19. If in our discussion of the nature and birth of God we adduce certain analogies, let no one suppose that such comparisons are perfect and complete. There can be no comparison between God and earthly things, yet the weakness of our understanding forces us to seek for illustrations from a lower sphere to explain our meaning about loftier themes. The course of daily life shews how our experience in ordinary matters enables us to form conclusions on unfamiliar subjects. We must therefore regard any comparison as helpful to man rather than as descriptive of God, since it suggests, rather than exhausts, the sense we seek. Nor let such a comparison be thought too bold when it sets side by side carnal anti spiritual natures, things invisible and things palpable, since it avows itself a necessary aid to the weakness of the human mind, and deprecates the condemnation due to an imperfect analogy. On this principle I proceed with my task, intending to use the terms supplied by God, yet colouring my argument with illustrations drawn from human life.

20. And first, I have so laid out the plan of the whole work as to consult the advantage of the reader by the logical order in which its books are arranged. It has been my resolve to publish no half-finished and ill- considered treatise, lest its disorderly array should resemble the confused clamour of a mob of peasants. And since no one can scale a precipice unless there be jutting ledges to aid his progress to the summit, I have here set down in order the primary outlines of our ascent leading our difficult course of argument up the easiest path; not cutting steps in the face of the rock, but levelling it to a gentle slope, that so the traveller, almost without a sense of effort may reach the heights.

21. Thus, after the present first book, the second expounds the mystery of the Divine birth, that those who shall be baptized in the Name of the Father and of the Son and of the Holy Ghost may know the true Names, and not be perplexed about their sense but accurately informed as to fact and meaning, and so receive full assurance that in the words which are used they have the true Names, and that those Names involve the truth.

22. After this short and simple discourse concerning the Trinity, the third book makes further progress, sure though slow. Citing the greatest instances of His power, it brings within the range of faith's understanding that saying, in itself beyond our comprehension, I in the Father and the Father in Me, which Christ utters concerning Himself. Thus truth beyond the dull wit of man is the prize of faith equipped with reason and knowledge; for neither may we doubt God's Word concerning Himself, nor can we suppose that the devout reason is incapable of apprehending His might.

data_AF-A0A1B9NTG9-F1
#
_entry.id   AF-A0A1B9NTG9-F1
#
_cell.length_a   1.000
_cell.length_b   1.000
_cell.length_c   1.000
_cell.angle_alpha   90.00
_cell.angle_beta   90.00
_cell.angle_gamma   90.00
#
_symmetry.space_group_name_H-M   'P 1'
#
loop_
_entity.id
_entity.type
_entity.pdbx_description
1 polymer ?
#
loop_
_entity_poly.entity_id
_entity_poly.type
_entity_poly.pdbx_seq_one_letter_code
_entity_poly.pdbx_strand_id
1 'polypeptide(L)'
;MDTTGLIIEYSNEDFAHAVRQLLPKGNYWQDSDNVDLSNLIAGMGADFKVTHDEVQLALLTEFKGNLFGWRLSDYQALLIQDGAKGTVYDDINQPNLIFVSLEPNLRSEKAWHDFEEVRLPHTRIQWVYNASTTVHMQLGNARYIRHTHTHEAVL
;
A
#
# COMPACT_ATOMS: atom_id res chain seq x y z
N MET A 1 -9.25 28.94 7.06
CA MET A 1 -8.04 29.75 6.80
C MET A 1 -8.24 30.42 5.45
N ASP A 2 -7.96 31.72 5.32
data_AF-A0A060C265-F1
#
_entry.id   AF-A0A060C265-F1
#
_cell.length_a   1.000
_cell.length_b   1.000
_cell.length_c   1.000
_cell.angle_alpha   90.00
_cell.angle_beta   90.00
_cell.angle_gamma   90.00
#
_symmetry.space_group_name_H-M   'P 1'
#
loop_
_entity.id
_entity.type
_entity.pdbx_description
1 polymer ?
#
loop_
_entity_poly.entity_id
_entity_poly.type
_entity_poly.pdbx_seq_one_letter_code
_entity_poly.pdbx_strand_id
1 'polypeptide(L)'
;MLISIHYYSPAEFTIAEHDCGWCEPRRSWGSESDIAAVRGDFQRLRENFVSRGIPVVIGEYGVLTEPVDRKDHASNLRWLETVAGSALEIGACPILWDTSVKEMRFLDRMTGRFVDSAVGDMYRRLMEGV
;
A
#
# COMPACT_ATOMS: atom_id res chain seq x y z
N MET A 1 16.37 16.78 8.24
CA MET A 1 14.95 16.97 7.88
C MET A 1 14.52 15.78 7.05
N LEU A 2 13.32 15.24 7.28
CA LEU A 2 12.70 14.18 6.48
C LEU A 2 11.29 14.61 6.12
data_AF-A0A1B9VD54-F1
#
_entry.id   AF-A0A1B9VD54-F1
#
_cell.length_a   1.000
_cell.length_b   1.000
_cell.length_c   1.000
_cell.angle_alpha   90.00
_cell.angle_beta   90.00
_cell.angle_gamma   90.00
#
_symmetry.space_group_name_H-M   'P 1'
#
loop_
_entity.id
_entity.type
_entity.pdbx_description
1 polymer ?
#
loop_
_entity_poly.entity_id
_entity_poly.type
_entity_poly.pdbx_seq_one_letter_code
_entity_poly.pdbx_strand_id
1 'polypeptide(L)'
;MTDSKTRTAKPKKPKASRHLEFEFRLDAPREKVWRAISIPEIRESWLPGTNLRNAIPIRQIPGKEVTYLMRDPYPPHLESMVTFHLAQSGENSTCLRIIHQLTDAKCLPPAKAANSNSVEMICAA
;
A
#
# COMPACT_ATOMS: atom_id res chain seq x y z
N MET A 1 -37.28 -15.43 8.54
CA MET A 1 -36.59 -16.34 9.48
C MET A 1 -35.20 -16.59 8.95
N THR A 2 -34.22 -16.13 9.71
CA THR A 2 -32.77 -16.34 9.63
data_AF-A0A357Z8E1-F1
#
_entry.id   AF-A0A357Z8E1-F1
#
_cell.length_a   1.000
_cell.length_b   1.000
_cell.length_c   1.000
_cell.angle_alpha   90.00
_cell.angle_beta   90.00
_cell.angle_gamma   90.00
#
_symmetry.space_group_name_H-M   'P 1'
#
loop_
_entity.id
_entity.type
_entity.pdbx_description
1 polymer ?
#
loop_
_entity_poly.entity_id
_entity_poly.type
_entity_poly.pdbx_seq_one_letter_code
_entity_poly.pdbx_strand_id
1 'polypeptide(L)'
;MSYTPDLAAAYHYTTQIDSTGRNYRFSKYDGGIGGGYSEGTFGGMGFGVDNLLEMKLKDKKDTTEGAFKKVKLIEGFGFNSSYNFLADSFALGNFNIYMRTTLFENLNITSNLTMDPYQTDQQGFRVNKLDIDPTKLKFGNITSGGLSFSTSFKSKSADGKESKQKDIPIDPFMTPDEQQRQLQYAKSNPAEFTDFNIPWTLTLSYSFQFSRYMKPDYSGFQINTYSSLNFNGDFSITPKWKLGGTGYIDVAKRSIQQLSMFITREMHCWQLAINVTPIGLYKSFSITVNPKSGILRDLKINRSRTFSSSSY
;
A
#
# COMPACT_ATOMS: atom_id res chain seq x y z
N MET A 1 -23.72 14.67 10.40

23. The fourth book starts With the doctrines of the heretics, and disowns complicity in the fallacies whereby they are traducing the faith of the Church. It publishes that infidel creed which a number of them have lately promulgated, and exposes the dishonesty, and therefore the wickedness, of their arguments from the Law for what they call the unity of God. It sets out the whole evidence of Law and Prophets to demonstrate the impiety of asserting the unity of God to the exclusion of the Godhead of Christ, and the treason of alleging that if Christ be God the Only- begotten, then God is not one.

24. The fifth book follows in reply the sequence of heretical assertion. They had falsely declared that they followed the law in the sense which they assigned to the unity of God, and that they had proved from it that the true God is of one Person; and this in order to rob the Lord Christ of His birth by their conclusion concerning the One true God, for birth is the evidence of origin. In answer I assert, step by step, what they deny; for from the Law and the Prophets I demonstrate that there are not two gods, nor one isolated true God, neither perverting the faith in the Divine unity nor denying the birth of Christ. And since they say that the Lord Jesus Christ, created rather than born, bears the Divine Name by gift and not by right, I have proved His true Divinity from the Prophets in such a way that, He being acknowledged very God, the assurance of His inherent Godhead shall hold us fast to the certainty that God is One.

25. The sixth book reveals the full deceitfulness of this heretical teaching. To win credit for their assertions they denounce the impious doctrine of heretics:—of Valentinus, to wit, and Sabellius and Manichaeus and Hieracas, and appropriate the godly language of the Church as a cover for their blasphemy. They reprove and alter the language of these heretics, correcting it into a vague resemblance to orthodoxy, in order to suppress the holy faith while apparently denouncing heresy. But we state clearly what is the language and what the doctrine of each of these men, and acquit the Church of any complicity or fellowship with condemned heretics. Their words which deserve condemnation we condemn, and those which claim our humble acceptance we accept. Thus that Divine Sonship of Jesus Christ, which is the object of their most strenuous denial, we prove by the witness of the Father, by Christ's own assertion, by the preaching of Apostles, by the faith of believers, by the cries of devils, by the contradiction of Jews, in itself a confession, by the recognition of the heathen who had not known God; and all this to rescue from dispute a truth of which Christ had left us no excuse for ignorance.